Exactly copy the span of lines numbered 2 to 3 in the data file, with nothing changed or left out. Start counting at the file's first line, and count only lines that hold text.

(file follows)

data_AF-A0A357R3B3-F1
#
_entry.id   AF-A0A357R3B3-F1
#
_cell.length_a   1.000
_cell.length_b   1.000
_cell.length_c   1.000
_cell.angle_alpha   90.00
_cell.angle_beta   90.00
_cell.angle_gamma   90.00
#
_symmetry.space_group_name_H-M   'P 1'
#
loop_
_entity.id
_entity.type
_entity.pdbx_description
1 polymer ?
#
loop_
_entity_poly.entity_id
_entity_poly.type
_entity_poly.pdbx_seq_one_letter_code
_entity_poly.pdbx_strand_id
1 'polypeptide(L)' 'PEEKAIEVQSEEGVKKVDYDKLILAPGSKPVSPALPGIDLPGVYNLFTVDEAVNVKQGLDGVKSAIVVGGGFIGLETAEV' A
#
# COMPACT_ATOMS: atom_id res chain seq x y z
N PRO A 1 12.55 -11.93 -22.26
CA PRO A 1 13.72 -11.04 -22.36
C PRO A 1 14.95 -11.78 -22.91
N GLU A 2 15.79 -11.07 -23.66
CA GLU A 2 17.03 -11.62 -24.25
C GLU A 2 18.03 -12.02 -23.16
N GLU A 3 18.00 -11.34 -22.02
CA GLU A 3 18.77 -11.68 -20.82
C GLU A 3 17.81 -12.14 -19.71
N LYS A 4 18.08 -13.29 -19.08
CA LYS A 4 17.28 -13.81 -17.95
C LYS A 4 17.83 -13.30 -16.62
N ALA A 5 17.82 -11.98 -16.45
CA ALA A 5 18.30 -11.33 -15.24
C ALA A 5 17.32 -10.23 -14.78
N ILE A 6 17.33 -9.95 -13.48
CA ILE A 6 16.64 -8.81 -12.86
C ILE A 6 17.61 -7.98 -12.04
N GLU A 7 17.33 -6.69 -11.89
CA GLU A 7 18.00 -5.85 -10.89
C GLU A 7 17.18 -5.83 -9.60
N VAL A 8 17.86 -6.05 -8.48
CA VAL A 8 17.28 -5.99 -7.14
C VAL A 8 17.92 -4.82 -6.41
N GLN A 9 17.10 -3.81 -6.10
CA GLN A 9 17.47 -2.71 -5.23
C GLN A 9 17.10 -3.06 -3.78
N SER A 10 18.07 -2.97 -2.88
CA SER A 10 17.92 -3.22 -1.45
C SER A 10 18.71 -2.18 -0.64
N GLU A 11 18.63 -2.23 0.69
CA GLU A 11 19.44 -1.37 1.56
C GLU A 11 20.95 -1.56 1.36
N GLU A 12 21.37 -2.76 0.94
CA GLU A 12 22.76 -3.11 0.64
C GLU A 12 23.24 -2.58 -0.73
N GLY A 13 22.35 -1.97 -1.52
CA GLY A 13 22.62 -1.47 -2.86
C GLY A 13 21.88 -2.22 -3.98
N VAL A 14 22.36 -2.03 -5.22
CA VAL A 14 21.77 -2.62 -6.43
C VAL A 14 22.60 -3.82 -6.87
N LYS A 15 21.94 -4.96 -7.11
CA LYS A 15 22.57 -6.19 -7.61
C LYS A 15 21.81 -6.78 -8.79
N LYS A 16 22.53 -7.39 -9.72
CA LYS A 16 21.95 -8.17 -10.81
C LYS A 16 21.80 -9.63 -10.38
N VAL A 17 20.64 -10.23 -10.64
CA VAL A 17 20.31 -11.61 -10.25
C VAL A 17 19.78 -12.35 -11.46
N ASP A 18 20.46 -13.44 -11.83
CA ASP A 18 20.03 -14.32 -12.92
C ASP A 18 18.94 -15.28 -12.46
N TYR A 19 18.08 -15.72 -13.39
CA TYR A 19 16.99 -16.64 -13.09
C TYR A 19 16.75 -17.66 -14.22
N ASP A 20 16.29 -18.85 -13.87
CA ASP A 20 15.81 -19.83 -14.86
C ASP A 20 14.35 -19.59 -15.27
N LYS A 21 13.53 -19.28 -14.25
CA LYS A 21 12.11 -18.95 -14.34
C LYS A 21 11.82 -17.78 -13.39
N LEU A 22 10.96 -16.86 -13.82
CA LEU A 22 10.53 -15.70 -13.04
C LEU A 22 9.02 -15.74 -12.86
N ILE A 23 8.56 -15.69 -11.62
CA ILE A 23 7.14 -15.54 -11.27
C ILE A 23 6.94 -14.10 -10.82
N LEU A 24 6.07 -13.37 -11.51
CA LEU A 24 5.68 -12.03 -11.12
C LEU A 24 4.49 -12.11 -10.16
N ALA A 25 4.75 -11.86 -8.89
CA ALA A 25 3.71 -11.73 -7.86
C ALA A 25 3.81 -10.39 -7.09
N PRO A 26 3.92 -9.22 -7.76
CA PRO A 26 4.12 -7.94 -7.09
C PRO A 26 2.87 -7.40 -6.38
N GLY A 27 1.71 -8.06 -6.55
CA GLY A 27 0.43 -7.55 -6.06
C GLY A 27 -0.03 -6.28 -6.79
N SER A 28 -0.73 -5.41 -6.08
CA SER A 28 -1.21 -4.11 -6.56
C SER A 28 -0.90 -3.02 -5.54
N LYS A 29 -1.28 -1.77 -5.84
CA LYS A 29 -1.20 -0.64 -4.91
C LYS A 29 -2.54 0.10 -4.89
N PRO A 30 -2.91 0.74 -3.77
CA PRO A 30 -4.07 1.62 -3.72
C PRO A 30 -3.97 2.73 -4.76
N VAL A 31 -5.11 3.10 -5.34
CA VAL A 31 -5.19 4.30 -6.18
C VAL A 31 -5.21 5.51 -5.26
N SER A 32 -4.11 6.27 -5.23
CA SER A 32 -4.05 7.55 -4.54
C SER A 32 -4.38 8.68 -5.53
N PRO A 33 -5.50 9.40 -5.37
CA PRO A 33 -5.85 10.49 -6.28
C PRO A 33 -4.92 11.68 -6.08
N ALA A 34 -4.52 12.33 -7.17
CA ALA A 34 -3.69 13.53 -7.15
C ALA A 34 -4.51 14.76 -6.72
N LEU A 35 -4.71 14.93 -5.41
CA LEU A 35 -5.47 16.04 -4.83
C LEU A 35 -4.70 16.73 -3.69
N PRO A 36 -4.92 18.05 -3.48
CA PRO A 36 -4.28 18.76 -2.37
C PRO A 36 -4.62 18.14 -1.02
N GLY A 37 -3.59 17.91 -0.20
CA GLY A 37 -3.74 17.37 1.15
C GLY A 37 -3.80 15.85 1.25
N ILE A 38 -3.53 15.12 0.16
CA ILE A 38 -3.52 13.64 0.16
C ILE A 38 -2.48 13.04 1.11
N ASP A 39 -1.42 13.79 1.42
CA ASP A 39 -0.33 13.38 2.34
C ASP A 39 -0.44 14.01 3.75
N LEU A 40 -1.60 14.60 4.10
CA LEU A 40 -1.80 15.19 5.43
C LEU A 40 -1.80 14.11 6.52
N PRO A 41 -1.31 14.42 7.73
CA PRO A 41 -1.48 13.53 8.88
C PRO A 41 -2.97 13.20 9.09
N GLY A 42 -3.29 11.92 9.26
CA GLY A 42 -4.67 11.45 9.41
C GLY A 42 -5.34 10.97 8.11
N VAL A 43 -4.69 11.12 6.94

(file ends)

#
_entry.id   AF-A0A357R3B3-F1